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Special data feature: Obtaining information on freshwater databases

September 5, 2011

Authors: Aaike De Wever, Astrid Schmidt-Kloiber and Sian Davies

Today we begin a weekly series of posts written by BioFresh scientists, which give a behind-the-scenes account of how and why the BioFresh freshwater biodiversity metadatabase is being constructed.  As we find out in the article, compiling data is not only a logistical task, it involves a fascinating network of politics and negotiation over data ownership, sharing and publication.

Why are we constructing a metadatabase?

One of the main products of the BioFresh project is the metadatabase, which is basically a database centralising information on freshwater biodiversity related databases. As outlined in the interview with Astrid Schmidt-Kloiber, this is one of her major tasks within the EU FP7 funded BioFresh project.

The aim of this metadatabase is to bring all possible information on freshwater related databases together and provide a resource where scientists, conservationists and policy makers can find databases relevant for their work. But, in the first place, it was started as a tool that would help scientists within BioFresh to identify datasets that can be used in their biodiversity modelling work.

Development history

The work on the metadatabase started very early on in the project, and a first prototype was already available by the first project meeting in February 2010. This allowed us to discuss which fields were needed for scientists to identify suitable datasets, making sure the metadatabase is compatible with common standards. By the summer of 2010, the extensive metadatabase questionnaire, specific for freshwater ecosystems was ready and project partners were encouraged to enter the databases they held.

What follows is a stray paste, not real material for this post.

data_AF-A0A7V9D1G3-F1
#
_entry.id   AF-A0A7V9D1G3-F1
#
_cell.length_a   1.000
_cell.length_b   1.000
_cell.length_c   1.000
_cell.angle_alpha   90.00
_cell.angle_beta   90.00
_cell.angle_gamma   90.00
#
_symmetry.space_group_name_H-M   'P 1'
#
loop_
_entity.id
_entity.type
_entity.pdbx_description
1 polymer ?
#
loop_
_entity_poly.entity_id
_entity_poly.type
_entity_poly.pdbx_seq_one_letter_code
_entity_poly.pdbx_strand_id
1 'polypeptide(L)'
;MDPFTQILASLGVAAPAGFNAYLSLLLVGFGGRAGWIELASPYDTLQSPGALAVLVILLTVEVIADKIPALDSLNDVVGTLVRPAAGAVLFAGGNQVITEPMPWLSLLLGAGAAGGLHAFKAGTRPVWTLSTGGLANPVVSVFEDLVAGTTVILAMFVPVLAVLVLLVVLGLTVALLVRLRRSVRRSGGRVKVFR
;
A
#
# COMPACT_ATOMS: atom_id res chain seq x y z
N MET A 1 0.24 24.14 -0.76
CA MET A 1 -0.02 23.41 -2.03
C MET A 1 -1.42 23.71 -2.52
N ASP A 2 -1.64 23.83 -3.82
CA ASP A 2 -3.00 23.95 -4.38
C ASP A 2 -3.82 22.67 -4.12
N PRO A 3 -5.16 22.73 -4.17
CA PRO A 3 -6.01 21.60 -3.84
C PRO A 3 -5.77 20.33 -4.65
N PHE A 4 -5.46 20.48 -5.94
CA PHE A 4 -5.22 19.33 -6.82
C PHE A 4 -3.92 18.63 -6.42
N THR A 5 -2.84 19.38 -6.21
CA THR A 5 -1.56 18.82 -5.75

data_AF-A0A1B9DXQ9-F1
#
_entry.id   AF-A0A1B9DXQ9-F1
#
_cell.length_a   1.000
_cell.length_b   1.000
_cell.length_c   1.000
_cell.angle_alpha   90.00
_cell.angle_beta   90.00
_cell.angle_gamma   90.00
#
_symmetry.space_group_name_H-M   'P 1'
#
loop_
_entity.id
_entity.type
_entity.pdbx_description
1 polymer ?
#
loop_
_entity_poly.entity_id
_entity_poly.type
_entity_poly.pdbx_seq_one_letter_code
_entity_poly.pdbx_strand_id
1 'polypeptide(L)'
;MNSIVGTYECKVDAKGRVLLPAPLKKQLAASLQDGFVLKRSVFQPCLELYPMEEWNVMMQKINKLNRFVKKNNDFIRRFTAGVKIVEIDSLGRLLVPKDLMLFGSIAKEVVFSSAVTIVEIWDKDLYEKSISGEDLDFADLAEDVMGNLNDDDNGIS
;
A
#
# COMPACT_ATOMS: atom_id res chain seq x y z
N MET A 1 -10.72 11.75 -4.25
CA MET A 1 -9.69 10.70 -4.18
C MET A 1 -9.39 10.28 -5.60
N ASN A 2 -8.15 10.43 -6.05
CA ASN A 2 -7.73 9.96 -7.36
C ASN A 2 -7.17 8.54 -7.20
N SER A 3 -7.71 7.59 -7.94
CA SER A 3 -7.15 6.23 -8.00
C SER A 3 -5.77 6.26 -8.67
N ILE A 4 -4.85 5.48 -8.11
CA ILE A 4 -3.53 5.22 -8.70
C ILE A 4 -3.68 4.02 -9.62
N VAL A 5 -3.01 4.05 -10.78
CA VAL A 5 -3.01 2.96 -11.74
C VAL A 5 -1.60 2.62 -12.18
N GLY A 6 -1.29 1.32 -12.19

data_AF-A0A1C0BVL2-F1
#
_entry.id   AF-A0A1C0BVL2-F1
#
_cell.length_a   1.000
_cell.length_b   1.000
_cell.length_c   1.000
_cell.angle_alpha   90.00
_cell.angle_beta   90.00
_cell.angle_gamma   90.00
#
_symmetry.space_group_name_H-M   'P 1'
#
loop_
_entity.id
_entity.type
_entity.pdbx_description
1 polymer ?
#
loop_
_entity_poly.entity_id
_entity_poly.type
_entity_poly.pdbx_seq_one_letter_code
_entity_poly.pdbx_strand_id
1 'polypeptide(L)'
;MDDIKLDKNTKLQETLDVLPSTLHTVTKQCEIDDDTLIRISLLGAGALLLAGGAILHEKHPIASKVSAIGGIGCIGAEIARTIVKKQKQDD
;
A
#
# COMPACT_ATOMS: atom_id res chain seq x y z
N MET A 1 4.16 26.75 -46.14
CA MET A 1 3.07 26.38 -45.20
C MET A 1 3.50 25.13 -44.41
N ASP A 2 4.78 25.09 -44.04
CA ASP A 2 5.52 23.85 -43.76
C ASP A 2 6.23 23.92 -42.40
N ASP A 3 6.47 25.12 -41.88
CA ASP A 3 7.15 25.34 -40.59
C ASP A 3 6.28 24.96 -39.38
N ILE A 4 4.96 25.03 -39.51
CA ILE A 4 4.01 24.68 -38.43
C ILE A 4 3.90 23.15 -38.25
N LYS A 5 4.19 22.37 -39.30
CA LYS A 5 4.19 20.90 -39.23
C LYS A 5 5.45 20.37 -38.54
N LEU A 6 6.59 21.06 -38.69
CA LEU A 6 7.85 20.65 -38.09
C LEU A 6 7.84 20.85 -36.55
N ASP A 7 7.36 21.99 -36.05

In autumn of 2010, we began welcoming and collating databases from external parties. From April 2011, the metadatabase was available for public viewing, although the majority of the datasets were still behind the scenes. However, during this first year we already gained a lot of experience in requesting metadata, which we would like to comment on during this blogpost.

The present situation

At this stage (september 2011) we have 58 database entries, excluding the intercalibation datasets (see a forthcoming post on this topic), which are more or less complete. 34 of these were filled in by BioFresh project partners. 24 of the databases were external and consist of two main sources: the ones from people who contacted us; and the ones we identified ourselves. Four of those were filled by the data holders, but for the 20 other entries we started filling in as much metadata as we could ourselves, before contacting the data holders. We chose this approach because it was already clear from our experience with the internal databases that our chances of success (i.e. an entirely filled questionnaire) would be low otherwise.

Comments on the experience of requesting data